Our Week on the “Rez”

Thursday, June 10, 2010

Thought for the day: Blessed are the cracked; for they shall let in the light.

The day started as usual…but warmer inside and outside. With the boiler was turned on due to the unseasonably cold weather, we all woke up toasty in our bedrooms. Rested and optimistic, we read Wednesday’s journal over breakfast and discussed the day’s work plans. Our first stop was at the Tribal Offices to talk with Sweets Kaline, who had made contact with Alvin Racine, a local elder who is deeply grieving the loss of his wife to cancer. Through the new tribal Elder Assistance Program, we’ve been asked to work with his adult children at his house to help fill in the low areas of his front and back yards, and maybe help him clean up his shed.

While at the Tribal offices, we made a brief, unplanned presentation to a gathering of tribal council and committee members, thanking them for their invitation to work with the Blackfeet people, and explaining a bit about Global Volunteers’ work worldwide. Sweets filled us in on a few aspects of the upcoming tribal general election, and described the many initiatives she’s undertaken to help motivate local residents to become more involved in community projects.

After leaving the tribal offices, Steve walked across the street to the Care Center while Michele and Don dropped off Rosa and Kevin at Cleo’s apartment. Don and Michele followed Sweets to meet Alvin at his house to see what volunteer help he needs next week. Afterwards, Don returned to the Care Center to assist Steve with the lawn trimming and raking. What an amazing difference two days has made! They’ve uncovered the overgrown garden areas and cleared the way for mowing. The rains returned around 4:00 – just as the dynamic duo was winding down, so they joined the elders gathered around the TV in the activity room to watch “Dream Keeper,” the movie we watched in our meeting room last night, and shared with the Care Center today. Meanwhile, Kevin and Rosa made immense progress at Cleo’s apartment. They primed all the rooms they taped off yesterday…the kitchen, living room, and bedroom. Perhaps they’ll be able to finish the final coat on Friday. They’ve enjoyed learning a bit about Cleo’s family and background, and recalled the interesting stories she’s shared as she’s carved up the elk roast to dry in strips while they work in her small apartment.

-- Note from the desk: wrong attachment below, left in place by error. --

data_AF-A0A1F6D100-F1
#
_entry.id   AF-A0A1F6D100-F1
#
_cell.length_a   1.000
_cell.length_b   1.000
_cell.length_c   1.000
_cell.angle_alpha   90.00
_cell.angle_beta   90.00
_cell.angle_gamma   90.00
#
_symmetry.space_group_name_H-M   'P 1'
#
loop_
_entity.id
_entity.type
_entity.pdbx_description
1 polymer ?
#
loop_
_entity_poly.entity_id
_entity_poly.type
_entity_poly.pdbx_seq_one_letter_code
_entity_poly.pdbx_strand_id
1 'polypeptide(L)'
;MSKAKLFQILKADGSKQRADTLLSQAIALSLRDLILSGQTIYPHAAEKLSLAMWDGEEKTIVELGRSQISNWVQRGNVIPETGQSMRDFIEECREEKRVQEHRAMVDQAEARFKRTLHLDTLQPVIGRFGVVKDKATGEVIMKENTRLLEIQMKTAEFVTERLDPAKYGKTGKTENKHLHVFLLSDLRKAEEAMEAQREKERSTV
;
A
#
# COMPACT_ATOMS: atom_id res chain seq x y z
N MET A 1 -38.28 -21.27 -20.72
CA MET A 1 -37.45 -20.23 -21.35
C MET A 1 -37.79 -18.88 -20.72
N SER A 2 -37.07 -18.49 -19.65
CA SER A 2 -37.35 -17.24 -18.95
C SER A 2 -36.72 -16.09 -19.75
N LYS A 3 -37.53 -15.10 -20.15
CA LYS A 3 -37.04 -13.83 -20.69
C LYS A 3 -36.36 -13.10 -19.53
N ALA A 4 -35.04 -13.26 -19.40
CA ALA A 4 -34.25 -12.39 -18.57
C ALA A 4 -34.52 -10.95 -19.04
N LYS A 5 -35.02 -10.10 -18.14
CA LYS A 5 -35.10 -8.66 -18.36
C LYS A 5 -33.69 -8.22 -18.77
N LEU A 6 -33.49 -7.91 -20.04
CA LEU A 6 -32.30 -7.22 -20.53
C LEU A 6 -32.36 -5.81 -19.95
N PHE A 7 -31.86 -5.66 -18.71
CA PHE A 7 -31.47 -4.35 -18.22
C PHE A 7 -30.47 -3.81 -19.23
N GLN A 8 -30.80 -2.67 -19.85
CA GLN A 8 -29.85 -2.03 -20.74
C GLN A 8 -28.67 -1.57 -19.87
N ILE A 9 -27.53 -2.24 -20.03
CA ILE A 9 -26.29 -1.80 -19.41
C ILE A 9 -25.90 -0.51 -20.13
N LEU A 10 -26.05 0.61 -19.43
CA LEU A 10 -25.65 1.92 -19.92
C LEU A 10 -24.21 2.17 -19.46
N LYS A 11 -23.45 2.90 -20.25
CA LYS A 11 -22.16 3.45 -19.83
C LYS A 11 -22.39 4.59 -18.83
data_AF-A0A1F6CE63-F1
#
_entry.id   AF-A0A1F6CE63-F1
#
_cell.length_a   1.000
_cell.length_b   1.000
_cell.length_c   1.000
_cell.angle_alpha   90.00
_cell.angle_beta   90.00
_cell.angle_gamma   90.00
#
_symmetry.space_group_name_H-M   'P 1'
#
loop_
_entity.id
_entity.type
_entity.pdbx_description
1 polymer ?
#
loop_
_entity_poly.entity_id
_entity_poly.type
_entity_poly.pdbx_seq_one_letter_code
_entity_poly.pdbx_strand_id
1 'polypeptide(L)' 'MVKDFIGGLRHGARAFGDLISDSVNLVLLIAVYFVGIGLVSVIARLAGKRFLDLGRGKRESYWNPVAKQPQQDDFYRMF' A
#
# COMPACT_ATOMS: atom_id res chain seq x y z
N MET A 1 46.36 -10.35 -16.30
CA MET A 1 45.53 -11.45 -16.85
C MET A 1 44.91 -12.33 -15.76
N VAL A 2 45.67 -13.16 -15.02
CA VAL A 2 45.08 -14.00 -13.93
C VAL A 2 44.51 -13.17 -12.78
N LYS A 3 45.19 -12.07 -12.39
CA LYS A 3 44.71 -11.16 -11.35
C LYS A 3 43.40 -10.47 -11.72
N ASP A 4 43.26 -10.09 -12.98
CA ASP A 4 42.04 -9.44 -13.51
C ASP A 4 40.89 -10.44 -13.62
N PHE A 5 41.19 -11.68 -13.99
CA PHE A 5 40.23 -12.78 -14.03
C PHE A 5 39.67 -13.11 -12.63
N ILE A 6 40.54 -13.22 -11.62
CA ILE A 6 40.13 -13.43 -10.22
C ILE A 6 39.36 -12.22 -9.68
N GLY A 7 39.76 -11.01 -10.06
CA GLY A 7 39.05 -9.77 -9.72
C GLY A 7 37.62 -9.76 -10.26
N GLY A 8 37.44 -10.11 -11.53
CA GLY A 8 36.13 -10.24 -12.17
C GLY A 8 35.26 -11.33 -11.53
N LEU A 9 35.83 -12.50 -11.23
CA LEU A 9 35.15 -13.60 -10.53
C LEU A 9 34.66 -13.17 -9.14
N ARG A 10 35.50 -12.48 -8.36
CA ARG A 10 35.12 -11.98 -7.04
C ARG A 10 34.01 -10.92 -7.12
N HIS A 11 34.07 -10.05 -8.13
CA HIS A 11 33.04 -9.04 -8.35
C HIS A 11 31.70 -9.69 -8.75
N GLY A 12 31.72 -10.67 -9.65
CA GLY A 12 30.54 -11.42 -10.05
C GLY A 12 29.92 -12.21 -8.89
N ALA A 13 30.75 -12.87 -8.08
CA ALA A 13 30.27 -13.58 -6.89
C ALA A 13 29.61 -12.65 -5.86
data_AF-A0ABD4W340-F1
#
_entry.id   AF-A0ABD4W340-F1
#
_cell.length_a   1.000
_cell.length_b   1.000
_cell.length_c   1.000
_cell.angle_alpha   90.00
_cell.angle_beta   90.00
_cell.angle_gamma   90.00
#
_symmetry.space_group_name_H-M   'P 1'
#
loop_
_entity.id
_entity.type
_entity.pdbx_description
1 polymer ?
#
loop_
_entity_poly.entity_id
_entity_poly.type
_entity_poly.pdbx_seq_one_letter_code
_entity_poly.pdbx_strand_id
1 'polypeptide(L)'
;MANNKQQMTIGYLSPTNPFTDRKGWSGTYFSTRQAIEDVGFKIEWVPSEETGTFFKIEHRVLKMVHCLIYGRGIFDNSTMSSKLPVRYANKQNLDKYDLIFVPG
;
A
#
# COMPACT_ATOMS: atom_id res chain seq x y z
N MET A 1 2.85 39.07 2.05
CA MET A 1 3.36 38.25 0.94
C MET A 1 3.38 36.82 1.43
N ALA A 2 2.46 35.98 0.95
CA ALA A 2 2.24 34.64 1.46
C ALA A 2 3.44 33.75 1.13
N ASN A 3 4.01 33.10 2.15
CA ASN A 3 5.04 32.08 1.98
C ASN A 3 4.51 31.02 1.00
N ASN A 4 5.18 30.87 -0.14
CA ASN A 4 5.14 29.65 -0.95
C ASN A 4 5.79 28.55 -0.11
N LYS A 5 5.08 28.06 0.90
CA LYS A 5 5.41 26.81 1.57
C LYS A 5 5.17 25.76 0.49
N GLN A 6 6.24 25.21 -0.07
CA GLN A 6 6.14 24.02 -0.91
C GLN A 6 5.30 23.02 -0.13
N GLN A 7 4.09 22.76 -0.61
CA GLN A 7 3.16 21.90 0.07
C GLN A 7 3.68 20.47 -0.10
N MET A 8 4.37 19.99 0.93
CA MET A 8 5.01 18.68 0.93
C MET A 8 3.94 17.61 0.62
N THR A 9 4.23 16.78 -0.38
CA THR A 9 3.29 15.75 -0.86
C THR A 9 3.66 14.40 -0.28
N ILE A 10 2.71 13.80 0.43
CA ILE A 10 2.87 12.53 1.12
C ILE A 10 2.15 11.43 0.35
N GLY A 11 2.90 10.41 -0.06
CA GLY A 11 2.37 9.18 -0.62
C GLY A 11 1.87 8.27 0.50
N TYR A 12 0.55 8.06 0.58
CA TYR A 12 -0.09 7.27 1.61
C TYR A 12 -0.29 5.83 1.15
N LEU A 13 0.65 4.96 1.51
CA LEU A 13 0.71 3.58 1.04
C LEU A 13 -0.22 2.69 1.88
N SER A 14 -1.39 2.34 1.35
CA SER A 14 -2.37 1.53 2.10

During the afternoon, Michele met with Connie at Eagle Shield, Denise at Head Start, Angela at the Community College and Joyce at the Tribal office to schedule work projects for the upcoming teams. All reiterated their gratitude for Global Volunteers’ efforts and look forward to the next team of 10 volunteers arriving on Saturday.

The team enjoyed a tasty meal of salad, French dip sandwiches and fries at the Care Center before returning to the Boarding Dorm. After dropping off our backpacks, we all piled in Kevin’s rental car and headed out to locate the elk preserve south of town on the cut across road. Halfway to Heart Butte, we turned west on a narrow road Michele remembered from previous years. Expectantly, and armed with Kevin’s GPS, we peered out all windows hoping to see the elk Marvin Weatherwax described to us earlier in the day. While visually scanning the trees and hills, we reveled in the gorgeous landscape – creeks, cliffs, peaks and wildflowers which we stopped frequently to photograph. Over the rocks and muddy potholes, we emerged in East Glacier an hour later, telling jokes and laughing as if we had known each other much longer than the five days when we became a team. Somehow, the hard work has created a lightness in our effort, which we enjoy together while working toward the common goal of service to the community we’ve grown to truly respect.


Friday, June 11, 2010

Thought for the day: The world is a book, and those who do not travel read only one page.” – St. Augestine

Final impressions of one week in Browning, Montana on the Blackfeet Indian Reservation:

The opportunity to be introduced and immersed in the Blackeet culture could not have been more complete without our team leader. She arranged meetings with individual tribal leaders and other Blackfeet who told not only the stories of the reservation, but also their personal stories.

Individual contact with the local people as the team went about their daily service projects and free time also gave us the chance to become a very close-knit team and to enjoy work projects and free time together.

From the grandeur of the Rocky Mountains to the West and the rolling wind-swept plains to the East, a week in Browning, Montana was well-spent.


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